The Inca civilization is famous for many things, including the creation of the largest empire that the Americas have ever seen, the development of impressive agricultural techniques, and the creation of works of art and architecture that innovatively combined geometric stonework with the natural landscape.
One of the most influential civilizations that existed in pre-Columbian America was the Inca Empire. The years 1438 through 1533 were a period of relative prosperity for the empire. The Incas are revered for their contributions to the world in the fields of building, agricultural innovation, communication, and record-keeping.
The Incas were superb builders and architects. They constructed a network of roads and bridges that traversed the most treacherous terrain in the Andes. The Incas were able to ensure a limitless supply of physical labor because to their system of communal labor and the most advanced controlled economy of its time.
They were responsible for a number of remarkable innovations, including the construction of roads and bridges, such as suspension bridges, which rely on thick cables to support the walkway over the water. Their method of communication was known as quipu, and it consisted of a network of threads and knots that logged information.
The Incas possessed what is regarded as the most successful centrally planned economy that has ever been observed.Its success may be attributed to the effective management of labor as well as the administration of the resources they obtained from tribute.The Inca civilization was built on a foundation of collective work, which served as the engine that drove both economic output and the accumulation of social riches.
What made Inca architecture stand out from other architectural styles? The natural terrain was generally included into Inca design, but at the same time, the Inca managed to master it, resulting in an often stunning combination of geometrical and natural shapes. This was one of the distinctive characteristics of Inca architecture.
Even while males held a higher social rank in the allyus than women did, the roles that each inhabited were complementary to the other. It was mandatory for all married males to do a mita, also known as a labor tribute, for the empire for the amount of time that was specified. Due to the fact that their role was in the house, women were free from this duty.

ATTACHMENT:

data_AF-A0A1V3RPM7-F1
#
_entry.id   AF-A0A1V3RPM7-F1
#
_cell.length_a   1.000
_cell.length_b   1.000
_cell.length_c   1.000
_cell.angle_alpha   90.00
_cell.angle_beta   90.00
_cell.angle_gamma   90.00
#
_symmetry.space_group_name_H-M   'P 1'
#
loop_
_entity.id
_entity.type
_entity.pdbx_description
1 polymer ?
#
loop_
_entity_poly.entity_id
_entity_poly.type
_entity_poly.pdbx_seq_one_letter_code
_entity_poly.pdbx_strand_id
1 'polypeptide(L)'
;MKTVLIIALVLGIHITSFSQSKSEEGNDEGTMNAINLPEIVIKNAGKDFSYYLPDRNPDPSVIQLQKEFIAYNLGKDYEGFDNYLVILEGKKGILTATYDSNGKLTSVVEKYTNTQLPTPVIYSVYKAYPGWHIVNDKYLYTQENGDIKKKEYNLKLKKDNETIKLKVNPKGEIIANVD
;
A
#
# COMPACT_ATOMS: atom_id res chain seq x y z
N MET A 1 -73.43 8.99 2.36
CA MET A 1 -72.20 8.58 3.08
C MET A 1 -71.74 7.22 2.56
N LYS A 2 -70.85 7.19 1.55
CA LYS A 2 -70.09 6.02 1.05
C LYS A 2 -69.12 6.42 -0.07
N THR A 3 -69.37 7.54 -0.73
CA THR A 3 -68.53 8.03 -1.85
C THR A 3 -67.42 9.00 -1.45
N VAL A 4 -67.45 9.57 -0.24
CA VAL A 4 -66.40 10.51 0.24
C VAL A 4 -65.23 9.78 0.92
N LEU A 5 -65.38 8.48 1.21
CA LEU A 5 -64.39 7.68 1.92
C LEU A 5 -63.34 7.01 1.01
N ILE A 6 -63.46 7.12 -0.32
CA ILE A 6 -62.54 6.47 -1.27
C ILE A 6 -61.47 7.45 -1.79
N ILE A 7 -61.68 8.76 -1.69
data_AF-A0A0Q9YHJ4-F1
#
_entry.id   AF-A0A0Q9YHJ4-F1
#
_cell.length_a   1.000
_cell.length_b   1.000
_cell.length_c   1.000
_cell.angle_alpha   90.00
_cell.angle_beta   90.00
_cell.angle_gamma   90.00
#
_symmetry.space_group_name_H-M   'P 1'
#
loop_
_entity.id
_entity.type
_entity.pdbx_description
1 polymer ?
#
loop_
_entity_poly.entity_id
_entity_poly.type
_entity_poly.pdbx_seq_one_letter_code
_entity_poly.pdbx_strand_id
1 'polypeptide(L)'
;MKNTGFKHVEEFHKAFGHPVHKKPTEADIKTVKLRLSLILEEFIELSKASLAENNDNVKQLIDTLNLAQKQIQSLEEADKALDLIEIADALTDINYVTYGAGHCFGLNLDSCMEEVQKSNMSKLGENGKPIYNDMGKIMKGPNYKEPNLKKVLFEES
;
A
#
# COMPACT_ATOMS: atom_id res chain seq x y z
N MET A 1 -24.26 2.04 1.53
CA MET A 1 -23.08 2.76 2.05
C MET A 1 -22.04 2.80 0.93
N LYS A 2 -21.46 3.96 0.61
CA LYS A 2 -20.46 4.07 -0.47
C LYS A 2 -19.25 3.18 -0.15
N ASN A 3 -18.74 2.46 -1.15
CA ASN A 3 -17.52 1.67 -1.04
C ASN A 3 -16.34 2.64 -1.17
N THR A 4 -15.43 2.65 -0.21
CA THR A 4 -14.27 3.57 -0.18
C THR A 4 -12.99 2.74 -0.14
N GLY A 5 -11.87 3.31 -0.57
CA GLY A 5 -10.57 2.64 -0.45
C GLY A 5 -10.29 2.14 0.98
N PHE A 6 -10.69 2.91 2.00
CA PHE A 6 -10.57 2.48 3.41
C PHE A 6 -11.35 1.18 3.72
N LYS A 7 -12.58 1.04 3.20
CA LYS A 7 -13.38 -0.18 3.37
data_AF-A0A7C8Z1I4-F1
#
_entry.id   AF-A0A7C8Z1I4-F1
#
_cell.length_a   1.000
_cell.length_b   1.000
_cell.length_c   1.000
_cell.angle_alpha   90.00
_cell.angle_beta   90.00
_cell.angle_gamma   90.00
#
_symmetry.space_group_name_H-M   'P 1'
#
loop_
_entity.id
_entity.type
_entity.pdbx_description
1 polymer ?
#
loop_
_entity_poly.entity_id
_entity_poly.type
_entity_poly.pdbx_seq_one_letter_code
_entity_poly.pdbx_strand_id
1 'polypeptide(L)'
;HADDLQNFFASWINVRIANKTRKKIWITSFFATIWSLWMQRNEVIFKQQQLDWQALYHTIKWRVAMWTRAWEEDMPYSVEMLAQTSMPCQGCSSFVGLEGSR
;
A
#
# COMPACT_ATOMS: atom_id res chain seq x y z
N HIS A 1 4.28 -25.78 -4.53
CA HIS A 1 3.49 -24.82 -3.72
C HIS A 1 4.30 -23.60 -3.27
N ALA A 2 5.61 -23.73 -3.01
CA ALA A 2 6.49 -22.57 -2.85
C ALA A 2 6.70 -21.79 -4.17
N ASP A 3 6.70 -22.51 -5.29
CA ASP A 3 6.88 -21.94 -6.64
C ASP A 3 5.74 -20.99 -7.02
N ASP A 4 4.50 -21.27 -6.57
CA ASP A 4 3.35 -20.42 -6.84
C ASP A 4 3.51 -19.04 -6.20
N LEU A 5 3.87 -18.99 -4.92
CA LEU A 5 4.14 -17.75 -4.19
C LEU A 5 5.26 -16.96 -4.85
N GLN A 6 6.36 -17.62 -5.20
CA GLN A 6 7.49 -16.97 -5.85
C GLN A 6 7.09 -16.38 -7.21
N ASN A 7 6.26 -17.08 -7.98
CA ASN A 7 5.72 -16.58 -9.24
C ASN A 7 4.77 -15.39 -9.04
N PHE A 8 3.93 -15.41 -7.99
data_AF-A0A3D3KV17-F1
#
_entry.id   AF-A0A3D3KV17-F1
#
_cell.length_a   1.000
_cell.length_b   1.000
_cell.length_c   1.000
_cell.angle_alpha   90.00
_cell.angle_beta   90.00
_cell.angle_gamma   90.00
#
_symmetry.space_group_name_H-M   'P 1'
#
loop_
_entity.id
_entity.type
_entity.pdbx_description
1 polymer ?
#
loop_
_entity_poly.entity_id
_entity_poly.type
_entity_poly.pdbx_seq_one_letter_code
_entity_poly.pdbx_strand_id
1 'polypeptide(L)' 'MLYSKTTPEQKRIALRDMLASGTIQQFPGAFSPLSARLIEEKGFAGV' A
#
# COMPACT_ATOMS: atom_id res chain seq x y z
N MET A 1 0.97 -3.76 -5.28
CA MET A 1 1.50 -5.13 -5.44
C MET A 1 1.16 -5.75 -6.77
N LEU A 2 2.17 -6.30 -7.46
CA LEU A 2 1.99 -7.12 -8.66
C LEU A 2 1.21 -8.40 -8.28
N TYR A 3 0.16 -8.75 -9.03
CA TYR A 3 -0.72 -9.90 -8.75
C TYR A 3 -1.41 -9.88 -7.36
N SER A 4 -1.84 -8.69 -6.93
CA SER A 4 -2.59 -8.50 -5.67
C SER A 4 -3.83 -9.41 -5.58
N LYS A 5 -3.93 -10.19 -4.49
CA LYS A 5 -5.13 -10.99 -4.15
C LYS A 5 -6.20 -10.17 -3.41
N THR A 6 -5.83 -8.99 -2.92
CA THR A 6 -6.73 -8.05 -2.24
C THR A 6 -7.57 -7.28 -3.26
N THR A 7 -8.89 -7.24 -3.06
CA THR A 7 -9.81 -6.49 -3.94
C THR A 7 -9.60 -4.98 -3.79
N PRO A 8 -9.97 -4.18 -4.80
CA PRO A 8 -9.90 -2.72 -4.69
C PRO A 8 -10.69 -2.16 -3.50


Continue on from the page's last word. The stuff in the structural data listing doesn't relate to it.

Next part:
The Incas are credited with being the first people in recorded history to create ways for the process of freeze-drying food. Specifically, this involved taking advantage of the cold weather by covering potatoes with a towel and putting them out overnight. The Incas would come back the next day to stomp over the potatoes in order to extract any further moisture from them.
The Inca constructed some of the most sophisticated aqueducts and drainage systems in pre-Columbian America, in addition to the most extensive road network. They were also the first to develop the process of freeze-drying food and the rope suspension bridge, both of which they developed independently of any outside influence.
According to the findings of a recent research, Inca doctors in ancient Peru treated head injuries by routinely removing tiny parts of their patients’ skulls and doing so effectively. According to the findings of the research, the trepanation surgical operation was most frequently carried out on adult males to treat injuries that were most likely sustained in the course of war.
Daily life in the Inca empire was characterized by strong family relationships, agricultural labor, sometimes enforced state or military service for males, and occasional lighter moments of festivities to celebrate important life events in the community and highlights in the agricultural calendar. This was all part of the Inca empire’s agricultural society.